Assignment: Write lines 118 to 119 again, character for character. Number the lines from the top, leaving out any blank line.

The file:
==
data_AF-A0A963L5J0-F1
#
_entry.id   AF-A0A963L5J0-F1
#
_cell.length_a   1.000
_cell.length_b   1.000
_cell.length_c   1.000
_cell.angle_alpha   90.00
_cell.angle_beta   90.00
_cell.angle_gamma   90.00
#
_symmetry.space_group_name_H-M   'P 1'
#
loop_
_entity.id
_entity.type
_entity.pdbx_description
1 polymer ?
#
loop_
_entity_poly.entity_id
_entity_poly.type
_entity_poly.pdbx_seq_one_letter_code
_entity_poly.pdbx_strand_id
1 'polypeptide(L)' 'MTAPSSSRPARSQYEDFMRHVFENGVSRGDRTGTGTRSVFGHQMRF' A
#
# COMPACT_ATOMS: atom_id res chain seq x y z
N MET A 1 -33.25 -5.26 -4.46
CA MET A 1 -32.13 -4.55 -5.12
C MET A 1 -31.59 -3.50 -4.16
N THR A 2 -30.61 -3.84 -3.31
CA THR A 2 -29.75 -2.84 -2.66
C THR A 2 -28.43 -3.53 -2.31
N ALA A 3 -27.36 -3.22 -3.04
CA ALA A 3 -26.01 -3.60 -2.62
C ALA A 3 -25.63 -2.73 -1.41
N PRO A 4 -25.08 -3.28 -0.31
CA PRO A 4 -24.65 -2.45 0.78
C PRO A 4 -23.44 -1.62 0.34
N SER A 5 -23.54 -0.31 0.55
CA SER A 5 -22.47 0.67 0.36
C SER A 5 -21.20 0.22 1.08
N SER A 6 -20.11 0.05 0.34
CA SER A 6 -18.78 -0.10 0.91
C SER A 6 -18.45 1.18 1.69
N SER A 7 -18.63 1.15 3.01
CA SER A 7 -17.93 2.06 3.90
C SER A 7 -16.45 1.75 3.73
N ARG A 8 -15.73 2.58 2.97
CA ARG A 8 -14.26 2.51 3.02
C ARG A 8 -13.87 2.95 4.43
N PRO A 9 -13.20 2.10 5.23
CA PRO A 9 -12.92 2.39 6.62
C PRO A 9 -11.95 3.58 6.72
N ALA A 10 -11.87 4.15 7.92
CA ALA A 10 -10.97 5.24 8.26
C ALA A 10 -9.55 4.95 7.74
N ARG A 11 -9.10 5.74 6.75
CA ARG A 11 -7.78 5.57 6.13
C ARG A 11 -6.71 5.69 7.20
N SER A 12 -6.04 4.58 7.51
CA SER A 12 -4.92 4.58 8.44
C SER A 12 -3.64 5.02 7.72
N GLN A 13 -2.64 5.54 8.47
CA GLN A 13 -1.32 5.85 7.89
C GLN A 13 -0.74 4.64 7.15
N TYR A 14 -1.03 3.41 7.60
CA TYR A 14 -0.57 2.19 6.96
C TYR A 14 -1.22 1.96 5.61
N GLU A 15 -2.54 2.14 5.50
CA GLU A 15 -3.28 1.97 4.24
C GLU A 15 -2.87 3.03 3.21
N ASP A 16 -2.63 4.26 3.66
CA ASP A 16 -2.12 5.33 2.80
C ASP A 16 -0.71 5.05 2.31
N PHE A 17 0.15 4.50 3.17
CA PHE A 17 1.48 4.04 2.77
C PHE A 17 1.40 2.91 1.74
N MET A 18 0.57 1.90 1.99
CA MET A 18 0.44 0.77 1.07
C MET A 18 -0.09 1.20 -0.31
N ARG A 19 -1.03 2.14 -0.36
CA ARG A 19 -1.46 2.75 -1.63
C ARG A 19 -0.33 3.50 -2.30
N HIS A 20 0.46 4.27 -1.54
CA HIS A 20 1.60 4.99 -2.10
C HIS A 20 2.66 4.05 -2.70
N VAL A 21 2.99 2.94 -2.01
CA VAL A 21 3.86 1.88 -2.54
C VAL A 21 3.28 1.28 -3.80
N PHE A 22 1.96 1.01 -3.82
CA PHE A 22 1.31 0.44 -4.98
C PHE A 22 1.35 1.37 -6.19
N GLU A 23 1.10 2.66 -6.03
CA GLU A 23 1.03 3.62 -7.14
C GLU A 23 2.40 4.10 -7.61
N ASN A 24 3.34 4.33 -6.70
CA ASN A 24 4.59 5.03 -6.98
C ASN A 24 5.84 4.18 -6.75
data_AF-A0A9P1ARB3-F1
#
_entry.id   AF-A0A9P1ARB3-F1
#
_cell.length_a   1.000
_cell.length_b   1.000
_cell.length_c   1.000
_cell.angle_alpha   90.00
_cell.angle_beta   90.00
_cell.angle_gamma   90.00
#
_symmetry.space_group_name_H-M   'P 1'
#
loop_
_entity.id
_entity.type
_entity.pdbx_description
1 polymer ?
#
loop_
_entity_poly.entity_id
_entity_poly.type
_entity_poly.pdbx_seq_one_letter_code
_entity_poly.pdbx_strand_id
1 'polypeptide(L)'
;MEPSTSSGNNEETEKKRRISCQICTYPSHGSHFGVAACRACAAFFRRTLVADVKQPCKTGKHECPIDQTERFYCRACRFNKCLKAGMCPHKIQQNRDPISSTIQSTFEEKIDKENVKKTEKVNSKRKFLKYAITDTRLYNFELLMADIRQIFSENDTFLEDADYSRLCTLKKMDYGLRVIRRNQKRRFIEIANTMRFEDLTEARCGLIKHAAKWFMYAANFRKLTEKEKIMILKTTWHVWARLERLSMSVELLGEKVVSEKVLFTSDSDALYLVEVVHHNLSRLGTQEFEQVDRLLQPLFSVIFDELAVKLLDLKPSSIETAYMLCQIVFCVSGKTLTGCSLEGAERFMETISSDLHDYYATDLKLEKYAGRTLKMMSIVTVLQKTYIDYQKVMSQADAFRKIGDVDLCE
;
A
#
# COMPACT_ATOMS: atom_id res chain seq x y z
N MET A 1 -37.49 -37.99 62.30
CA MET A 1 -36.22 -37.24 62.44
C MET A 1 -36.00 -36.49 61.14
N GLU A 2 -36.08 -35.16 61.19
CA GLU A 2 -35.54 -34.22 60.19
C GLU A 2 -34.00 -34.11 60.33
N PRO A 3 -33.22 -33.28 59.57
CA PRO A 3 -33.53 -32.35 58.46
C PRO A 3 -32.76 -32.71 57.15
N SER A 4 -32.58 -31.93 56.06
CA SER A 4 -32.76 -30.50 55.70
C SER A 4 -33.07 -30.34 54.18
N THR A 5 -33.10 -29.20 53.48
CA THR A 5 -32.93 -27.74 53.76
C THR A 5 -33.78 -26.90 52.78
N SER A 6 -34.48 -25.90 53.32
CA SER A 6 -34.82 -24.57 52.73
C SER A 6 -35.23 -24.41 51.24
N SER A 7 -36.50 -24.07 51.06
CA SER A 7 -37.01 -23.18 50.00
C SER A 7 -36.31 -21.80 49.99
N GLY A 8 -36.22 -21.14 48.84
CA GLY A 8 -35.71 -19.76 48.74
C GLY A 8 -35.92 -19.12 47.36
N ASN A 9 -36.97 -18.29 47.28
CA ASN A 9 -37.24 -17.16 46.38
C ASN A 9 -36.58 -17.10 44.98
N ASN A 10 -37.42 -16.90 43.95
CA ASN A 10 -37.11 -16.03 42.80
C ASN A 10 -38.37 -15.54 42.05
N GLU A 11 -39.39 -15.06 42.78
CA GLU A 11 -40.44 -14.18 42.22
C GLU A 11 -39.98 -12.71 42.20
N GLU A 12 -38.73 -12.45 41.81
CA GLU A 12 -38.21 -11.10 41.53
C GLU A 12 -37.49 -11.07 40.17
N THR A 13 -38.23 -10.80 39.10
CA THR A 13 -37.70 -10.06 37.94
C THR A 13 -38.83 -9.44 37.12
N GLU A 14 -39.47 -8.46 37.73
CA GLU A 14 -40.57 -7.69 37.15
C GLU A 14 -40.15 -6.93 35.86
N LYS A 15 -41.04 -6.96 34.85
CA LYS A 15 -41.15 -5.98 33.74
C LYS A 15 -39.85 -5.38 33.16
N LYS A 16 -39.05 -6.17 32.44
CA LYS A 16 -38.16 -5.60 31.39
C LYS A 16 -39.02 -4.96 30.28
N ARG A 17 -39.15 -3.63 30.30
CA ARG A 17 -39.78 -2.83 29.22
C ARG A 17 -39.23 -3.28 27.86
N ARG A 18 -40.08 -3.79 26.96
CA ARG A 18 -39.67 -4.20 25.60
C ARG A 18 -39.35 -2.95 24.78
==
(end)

#
loop_